HeLa acid extract (Anacardic acid treated)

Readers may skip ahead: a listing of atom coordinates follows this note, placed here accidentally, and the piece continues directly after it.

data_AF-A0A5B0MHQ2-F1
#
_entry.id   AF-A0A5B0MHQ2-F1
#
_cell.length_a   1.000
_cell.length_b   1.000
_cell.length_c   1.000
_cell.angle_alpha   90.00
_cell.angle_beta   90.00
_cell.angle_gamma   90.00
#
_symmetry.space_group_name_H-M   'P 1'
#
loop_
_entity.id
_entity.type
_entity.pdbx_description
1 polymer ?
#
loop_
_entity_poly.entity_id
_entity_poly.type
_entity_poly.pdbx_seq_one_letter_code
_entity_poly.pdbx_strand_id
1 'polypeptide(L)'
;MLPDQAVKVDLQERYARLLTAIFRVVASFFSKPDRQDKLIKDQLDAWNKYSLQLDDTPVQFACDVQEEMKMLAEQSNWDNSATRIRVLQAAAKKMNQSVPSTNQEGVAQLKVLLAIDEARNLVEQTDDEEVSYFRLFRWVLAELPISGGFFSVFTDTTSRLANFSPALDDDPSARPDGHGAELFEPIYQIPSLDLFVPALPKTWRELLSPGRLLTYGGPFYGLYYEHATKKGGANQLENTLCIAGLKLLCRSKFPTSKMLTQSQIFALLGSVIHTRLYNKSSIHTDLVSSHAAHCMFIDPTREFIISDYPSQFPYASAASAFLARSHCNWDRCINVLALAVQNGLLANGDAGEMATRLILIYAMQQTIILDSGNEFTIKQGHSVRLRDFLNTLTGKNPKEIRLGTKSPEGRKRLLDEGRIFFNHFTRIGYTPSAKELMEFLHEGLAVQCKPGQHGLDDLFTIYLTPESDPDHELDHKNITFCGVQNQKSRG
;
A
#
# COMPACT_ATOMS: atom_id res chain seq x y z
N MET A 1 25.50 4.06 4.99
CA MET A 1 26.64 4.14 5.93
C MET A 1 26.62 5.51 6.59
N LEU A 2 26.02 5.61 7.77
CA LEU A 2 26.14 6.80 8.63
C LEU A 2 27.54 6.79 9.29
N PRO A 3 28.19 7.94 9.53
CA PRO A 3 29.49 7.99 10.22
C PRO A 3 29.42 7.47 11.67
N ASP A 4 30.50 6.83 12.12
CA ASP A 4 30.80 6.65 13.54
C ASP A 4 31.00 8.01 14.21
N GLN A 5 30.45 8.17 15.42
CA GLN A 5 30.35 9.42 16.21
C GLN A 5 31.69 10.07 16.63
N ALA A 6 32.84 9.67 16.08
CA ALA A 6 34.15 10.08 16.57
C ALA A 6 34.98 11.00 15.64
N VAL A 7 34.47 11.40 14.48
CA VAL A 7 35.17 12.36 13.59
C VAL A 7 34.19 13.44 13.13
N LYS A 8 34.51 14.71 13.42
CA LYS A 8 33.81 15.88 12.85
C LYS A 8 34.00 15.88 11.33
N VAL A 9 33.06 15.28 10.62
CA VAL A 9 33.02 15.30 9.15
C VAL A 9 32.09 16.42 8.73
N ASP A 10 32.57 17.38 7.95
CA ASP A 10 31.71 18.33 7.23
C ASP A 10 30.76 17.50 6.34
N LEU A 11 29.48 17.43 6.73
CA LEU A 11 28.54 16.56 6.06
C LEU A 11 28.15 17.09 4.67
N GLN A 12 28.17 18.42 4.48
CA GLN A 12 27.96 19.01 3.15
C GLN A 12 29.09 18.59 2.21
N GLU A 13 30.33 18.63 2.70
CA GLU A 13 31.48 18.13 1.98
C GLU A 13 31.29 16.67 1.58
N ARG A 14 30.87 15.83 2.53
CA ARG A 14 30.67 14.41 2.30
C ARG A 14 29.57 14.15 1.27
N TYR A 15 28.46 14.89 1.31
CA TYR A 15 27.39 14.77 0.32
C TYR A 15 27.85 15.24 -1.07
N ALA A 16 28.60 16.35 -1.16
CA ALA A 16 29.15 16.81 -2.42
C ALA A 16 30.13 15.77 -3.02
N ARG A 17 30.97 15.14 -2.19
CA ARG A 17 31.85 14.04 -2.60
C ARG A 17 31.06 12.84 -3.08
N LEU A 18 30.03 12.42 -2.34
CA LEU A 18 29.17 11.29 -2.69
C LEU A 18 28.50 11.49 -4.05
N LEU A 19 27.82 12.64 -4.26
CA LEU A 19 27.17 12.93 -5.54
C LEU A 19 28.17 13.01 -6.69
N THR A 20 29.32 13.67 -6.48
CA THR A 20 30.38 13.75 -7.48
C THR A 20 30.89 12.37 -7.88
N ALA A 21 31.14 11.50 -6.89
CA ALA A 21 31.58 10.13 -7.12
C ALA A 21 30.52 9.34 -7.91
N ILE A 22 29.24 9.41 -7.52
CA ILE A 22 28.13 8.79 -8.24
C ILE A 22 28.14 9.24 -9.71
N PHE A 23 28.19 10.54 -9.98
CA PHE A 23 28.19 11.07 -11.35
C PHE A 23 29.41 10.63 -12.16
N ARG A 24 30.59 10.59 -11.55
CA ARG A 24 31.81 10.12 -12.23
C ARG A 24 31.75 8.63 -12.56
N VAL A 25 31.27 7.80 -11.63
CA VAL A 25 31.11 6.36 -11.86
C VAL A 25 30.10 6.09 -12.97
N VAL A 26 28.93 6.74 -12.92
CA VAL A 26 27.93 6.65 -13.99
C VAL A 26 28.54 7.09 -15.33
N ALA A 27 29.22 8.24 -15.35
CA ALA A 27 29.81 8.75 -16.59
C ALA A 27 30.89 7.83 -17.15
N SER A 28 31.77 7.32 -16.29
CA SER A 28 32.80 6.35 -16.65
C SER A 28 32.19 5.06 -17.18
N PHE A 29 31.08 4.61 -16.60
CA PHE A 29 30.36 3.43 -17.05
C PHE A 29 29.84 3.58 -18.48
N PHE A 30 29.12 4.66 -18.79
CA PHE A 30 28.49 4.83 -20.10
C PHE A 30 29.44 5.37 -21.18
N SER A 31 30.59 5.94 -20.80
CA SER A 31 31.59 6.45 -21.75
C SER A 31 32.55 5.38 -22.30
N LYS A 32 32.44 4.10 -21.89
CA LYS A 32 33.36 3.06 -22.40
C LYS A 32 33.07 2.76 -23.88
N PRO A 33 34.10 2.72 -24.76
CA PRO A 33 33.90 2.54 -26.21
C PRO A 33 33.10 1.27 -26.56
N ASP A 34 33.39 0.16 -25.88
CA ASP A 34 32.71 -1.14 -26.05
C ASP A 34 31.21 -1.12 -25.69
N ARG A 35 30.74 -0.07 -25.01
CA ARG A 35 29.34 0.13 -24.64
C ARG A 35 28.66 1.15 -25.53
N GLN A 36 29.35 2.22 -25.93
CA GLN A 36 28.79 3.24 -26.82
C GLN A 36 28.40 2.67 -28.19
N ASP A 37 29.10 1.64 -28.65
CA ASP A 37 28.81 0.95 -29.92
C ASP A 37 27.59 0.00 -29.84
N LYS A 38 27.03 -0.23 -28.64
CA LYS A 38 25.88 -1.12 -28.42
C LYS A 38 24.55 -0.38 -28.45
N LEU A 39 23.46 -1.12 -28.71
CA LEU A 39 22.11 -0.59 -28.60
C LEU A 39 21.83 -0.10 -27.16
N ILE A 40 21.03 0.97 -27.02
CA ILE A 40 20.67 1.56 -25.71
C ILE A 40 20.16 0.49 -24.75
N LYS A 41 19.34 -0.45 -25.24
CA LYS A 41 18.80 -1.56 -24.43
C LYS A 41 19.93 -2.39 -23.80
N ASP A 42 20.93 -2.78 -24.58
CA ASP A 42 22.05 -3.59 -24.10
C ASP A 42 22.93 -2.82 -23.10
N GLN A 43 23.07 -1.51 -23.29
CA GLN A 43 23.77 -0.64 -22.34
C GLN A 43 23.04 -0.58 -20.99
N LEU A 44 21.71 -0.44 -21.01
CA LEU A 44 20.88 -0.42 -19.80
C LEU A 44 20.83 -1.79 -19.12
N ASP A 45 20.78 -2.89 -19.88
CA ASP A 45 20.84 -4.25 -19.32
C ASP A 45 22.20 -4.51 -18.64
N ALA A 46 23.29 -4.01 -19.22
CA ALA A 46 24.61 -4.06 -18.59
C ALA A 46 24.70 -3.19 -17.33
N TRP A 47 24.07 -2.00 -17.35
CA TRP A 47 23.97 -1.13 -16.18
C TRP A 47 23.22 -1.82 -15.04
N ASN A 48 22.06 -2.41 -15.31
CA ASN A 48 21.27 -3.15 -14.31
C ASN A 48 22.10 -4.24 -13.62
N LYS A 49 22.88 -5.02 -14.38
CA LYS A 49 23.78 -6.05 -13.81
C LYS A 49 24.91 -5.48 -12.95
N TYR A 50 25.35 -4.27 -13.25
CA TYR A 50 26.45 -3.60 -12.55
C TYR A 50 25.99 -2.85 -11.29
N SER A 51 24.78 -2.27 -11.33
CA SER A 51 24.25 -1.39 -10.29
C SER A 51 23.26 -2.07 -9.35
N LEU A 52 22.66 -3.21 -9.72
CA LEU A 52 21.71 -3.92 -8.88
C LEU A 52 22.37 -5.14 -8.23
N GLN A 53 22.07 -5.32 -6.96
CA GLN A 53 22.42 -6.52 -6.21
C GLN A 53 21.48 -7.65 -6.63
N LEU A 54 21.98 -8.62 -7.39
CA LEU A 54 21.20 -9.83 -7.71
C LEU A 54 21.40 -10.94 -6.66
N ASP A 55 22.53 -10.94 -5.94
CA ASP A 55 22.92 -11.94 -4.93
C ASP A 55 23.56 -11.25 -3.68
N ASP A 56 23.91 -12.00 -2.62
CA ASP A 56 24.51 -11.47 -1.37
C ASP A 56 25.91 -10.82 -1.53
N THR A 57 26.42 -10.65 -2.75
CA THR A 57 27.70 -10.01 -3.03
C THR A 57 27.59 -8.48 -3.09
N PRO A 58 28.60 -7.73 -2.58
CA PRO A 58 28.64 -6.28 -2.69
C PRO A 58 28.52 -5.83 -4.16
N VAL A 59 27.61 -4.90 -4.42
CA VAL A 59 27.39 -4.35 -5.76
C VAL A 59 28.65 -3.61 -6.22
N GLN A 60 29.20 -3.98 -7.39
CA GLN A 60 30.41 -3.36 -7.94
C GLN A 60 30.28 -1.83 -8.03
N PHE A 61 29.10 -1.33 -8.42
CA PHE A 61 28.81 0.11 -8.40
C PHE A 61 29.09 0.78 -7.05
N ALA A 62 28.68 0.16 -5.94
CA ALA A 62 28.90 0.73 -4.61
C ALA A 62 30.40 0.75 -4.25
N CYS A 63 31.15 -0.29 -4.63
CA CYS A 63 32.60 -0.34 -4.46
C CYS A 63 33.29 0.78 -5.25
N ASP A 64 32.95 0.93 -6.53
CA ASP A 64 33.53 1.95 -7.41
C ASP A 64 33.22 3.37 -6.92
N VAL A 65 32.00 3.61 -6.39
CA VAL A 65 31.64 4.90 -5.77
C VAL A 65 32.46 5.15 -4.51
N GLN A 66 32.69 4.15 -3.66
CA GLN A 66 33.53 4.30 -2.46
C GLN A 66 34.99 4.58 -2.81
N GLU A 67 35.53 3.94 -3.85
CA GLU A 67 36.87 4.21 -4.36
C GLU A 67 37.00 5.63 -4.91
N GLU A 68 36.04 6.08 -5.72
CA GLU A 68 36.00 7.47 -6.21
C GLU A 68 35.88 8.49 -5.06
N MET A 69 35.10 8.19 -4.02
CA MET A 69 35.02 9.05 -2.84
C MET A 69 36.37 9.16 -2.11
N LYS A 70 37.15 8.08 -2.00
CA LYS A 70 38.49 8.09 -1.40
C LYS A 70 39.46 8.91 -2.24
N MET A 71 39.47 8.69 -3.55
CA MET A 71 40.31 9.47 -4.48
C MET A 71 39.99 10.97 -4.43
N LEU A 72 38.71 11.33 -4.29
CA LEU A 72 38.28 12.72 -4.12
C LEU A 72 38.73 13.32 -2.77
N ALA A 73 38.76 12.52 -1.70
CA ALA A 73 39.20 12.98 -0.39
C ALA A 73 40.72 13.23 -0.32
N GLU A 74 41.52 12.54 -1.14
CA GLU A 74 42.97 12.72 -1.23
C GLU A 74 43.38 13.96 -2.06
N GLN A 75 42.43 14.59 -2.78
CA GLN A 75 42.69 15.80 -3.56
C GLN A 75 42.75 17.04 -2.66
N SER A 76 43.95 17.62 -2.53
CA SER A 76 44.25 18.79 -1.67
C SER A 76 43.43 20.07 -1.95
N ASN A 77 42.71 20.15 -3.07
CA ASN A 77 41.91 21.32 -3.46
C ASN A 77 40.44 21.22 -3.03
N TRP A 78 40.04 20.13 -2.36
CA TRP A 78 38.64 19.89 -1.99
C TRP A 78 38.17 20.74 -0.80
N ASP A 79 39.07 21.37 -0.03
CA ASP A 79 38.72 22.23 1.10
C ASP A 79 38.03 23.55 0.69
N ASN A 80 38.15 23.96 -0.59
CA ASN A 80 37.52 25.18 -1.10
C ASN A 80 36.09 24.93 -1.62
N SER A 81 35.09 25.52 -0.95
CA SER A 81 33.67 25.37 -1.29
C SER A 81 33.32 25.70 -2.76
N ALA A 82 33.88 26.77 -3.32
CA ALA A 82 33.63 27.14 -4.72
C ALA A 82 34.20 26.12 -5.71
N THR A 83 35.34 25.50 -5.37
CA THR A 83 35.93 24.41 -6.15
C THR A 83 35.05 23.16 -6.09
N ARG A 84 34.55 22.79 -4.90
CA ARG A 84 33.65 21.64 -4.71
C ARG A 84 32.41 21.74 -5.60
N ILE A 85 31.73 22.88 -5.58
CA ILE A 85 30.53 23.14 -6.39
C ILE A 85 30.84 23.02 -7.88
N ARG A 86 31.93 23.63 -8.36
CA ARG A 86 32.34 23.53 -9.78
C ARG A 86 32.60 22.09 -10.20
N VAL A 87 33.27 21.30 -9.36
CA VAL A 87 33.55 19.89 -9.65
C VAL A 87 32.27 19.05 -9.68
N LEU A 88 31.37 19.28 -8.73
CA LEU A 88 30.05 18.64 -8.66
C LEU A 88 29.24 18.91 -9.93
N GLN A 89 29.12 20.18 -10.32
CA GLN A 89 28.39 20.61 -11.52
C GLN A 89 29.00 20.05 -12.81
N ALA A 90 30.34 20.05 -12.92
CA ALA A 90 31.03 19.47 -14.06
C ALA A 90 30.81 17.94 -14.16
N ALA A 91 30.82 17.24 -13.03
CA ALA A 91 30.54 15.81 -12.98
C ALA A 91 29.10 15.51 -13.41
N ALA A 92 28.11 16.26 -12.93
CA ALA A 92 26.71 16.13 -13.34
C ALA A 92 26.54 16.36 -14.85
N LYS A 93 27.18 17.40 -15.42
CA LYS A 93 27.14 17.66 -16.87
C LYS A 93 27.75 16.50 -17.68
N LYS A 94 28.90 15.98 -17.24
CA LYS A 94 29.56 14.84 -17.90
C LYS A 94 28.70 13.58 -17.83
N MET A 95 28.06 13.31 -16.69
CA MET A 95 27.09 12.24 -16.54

Active Motif's HeLa acid extract (Anacardic acid treated) was prepared under acidic conditions from cells harvested from a cell culture of the HeLa human epithelial carcinoma cell line that cells was treated with anacardic acid. Acid extraction is performed under conditions that are optimized for solubility of histone proteins. Anacardic acid is a compound derived from the shell of a cashew nut that has been shown to have antitumorigenic properties. Recent studies demonstrate that the ability of anacardic acid to act as an inhibitor of histone acetyl transferases (HATs) may attribute to its antineoplastic activity. Although the mechanism by which anacardic acid inhibits HAT activity is unknown, it is suspected that, since anacardic acid shares structural similarities with acetyl-CoA, the HAT acetyl donor, it may function to inhibit binding of acetyl-CoA to the active site of HATs, thus blocking cellular HAT activity. The resulting decrease in acetylation of histones and other cellular proteins alters gene expression and protein function that leads to growth arrest, differentiation, and programmed cell death (apoptosis) of cells. These disruptions in normal cell function also have been shown to cause sensitization of anacardic acid treated cells to ionizing radiation. The HeLa cell line was originally derived from cells obtained in 1951 from Henrietta Lacks, a cervical cancer patient who eventually died from her cancer. The HeLa cell line is one of the oldest and most commonly utilized immortal cell lines in scientific research. These cells are highly prolific and easily sustainable, allowing for flexibility in their application in various fields of scientific research, including cancer biology, virology, and human disease. To date, over 60,000 publications across various disciplines have referenced the use of HeLa cells.